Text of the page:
a center electrode connected to the insulator and out of electrical contact with the body, the center electrode having at one end a sparking surface that is recessed a selected distance within the open end portion of the insulator wherein said sparking surface has a diameter of at least approximately 4.0 mm; and
a ground electrode connected to the body and having a spark grounding surface facing the sparking surface of the center electrode and spaced apart therefrom by a selected distance to define a spark gap therebetween that extends partially within the open end portion of the insulator wherein said spark grounding surface has a surface area substantially equal to or greater than the surface area of said sparking surface.
18. A spark plug, comprising:
a body,
an insulator connected to the body and terminating at an open end portion;
a center electrode connected to the insulator and out of electrical contact with the body, the center electrode having at one end a sparking surface that is recessed a selected distance within the open end portion of the insulator such that there is a spark gap wherein the spark gap is at least approximately 2.0 mm; and
a ground electrode connected to the body and having a spark grounding surface facing the sparking surface of the center electrode and spaced apart therefrom by a selected distance to define a spark cap therebetween that extends partially within the open end portion of the insulator wherein said spark grounding surface has a surface area substantially equal to or greater than the surface area of said sparking surface.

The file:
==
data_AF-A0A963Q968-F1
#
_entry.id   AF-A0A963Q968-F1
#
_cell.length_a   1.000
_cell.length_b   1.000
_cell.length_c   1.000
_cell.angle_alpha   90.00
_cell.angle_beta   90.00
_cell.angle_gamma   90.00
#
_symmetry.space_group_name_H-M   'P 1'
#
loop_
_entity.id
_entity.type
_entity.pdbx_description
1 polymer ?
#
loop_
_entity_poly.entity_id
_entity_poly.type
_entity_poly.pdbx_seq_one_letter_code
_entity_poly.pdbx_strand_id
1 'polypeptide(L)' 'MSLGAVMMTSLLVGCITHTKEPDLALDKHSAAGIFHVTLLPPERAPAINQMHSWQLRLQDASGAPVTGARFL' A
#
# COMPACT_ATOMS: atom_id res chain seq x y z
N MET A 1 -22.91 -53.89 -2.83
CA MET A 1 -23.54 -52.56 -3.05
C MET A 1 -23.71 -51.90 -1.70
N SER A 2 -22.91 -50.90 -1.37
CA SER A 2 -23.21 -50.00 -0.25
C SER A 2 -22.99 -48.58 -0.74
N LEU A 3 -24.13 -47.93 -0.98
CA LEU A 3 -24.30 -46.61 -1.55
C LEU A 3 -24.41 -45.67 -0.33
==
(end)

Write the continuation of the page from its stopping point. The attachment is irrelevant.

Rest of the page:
19. A spark plug, comprising:
a body,
an insulator connected to the body and terminating at an open end portion;
a center electrode connected to the insulator and out of electrical contact with the body, the center electrode having at one end a sparking surface that is recessed a selected distance within the open end portion of the insulator such that there is a spark gap wherein the spark gap is in the range of approximately 2.0 mm to 3.0 mm, inclusive; and
a ground electrode connected to the body and having a spark grounding surface facing the sparking surface of the center electrode and spaced apart therefrom by a selected distance to define a spark gap therebetween that extends partially within the open end portion of the insulator wherein said spark grounding surface has a surface area substantially equal to or greater than the surface area of said sparking surface.
20. A method of detonating an air/fuel mixture in a combustion chamber of an internal combustion engine, comprising the steps of: